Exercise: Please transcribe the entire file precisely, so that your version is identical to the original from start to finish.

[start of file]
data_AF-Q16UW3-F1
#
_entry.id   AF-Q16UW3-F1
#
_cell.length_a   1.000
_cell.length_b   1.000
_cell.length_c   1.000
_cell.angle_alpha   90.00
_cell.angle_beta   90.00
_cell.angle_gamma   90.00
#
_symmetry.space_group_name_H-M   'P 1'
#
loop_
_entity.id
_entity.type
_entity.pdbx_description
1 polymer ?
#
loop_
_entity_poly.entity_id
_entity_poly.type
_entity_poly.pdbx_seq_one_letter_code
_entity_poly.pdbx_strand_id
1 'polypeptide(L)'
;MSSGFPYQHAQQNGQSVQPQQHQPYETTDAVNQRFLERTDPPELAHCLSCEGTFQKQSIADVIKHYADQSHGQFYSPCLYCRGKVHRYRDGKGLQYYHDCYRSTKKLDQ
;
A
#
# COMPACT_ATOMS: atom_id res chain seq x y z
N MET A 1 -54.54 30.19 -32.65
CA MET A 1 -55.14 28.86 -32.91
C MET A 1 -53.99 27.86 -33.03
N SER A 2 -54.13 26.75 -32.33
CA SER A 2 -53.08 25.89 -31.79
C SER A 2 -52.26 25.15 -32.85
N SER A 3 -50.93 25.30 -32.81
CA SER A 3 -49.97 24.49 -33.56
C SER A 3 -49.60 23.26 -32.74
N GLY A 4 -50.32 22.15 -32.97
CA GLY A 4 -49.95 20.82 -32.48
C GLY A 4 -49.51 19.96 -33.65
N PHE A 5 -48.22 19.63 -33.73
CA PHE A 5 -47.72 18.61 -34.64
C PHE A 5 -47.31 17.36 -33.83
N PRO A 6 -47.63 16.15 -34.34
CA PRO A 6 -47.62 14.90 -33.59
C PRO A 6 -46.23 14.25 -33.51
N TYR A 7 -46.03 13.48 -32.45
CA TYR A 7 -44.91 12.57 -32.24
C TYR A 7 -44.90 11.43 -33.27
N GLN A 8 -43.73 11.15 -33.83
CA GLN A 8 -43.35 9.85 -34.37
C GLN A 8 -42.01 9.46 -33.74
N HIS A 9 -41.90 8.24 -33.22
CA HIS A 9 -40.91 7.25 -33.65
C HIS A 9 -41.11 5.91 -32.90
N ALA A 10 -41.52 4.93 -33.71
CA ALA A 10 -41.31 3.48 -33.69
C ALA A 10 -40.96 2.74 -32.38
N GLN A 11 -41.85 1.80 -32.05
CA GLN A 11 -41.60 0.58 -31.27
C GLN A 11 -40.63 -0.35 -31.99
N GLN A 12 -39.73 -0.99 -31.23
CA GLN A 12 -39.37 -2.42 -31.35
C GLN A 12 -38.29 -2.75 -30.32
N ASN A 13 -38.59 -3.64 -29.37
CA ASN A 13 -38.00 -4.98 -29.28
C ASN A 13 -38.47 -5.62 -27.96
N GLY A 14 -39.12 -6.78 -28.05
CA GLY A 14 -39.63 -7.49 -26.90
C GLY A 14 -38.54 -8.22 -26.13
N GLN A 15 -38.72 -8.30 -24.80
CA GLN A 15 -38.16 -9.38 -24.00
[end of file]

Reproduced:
data_AF-Q16UW3-F1
#
_entry.id   AF-Q16UW3-F1
#
_cell.length_a   1.000
_cell.length_b   1.000
_cell.length_c   1.000
_cell.angle_alpha   90.00
_cell.angle_beta   90.00
_cell.angle_gamma   90.00
#
_symmetry.space_group_name_H-M   'P 1'
#
loop_
_entity.id
_entity.type
_entity.pdbx_description
1 polymer ?
#
loop_
_entity_poly.entity_id
_entity_poly.type
_entity_poly.pdbx_seq_one_letter_code
_entity_poly.pdbx_strand_id
1 'polypeptide(L)'
;MSSGFPYQHAQQNGQSVQPQQHQPYETTDAVNQRFLERTDPPELAHCLSCEGTFQKQSIADVIKHYADQSHGQFYSPCLYCRGKVHRYRDGKGLQYYHDCYRSTKKLDQ
;
A
#
# COMPACT_ATOMS: atom_id res chain seq x y z
N MET A 1 -54.54 30.19 -32.65
CA MET A 1 -55.14 28.86 -32.91
C MET A 1 -53.99 27.86 -33.03
N SER A 2 -54.13 26.75 -32.33
CA SER A 2 -53.08 25.89 -31.79
C SER A 2 -52.26 25.15 -32.85
N SER A 3 -50.93 25.30 -32.81
CA SER A 3 -49.97 24.49 -33.56
C SER A 3 -49.60 23.26 -32.74
N GLY A 4 -50.32 22.15 -32.97
CA GLY A 4 -49.95 20.82 -32.48
C GLY A 4 -49.51 19.96 -33.65
N PHE A 5 -48.22 19.63 -33.73
CA PHE A 5 -47.72 18.61 -34.64
C PHE A 5 -47.31 17.36 -33.83
N PRO A 6 -47.63 16.15 -34.34
CA PRO A 6 -47.62 14.90 -33.59
C PRO A 6 -46.23 14.25 -33.51
N TYR A 7 -46.03 13.48 -32.45
CA TYR A 7 -44.91 12.57 -32.24
C TYR A 7 -44.90 11.43 -33.27
N GLN A 8 -43.73 11.15 -33.83
CA GLN A 8 -43.35 9.85 -34.37
C GLN A 8 -42.01 9.46 -33.74
N HIS A 9 -41.90 8.24 -33.22
CA HIS A 9 -40.91 7.25 -33.65
C HIS A 9 -41.11 5.91 -32.90
N ALA A 10 -41.52 4.93 -33.71
CA ALA A 10 -41.31 3.48 -33.69
C ALA A 10 -40.96 2.74 -32.38
N GLN A 11 -41.85 1.80 -32.05
CA GLN A 11 -41.60 0.58 -31.27
C GLN A 11 -40.63 -0.35 -31.99
N GLN A 12 -39.73 -0.99 -31.23
CA GLN A 12 -39.37 -2.42 -31.35
C GLN A 12 -38.29 -2.75 -30.32
N ASN A 13 -38.59 -3.64 -29.37
CA ASN A 13 -38.00 -4.98 -29.28
C ASN A 13 -38.47 -5.62 -27.96
N GLY A 14 -39.12 -6.78 -28.05
CA GLY A 14 -39.63 -7.49 -26.90
C GLY A 14 -38.54 -8.22 -26.13
N GLN A 15 -38.72 -8.30 -24.80
CA GLN A 15 -38.16 -9.38 -24.00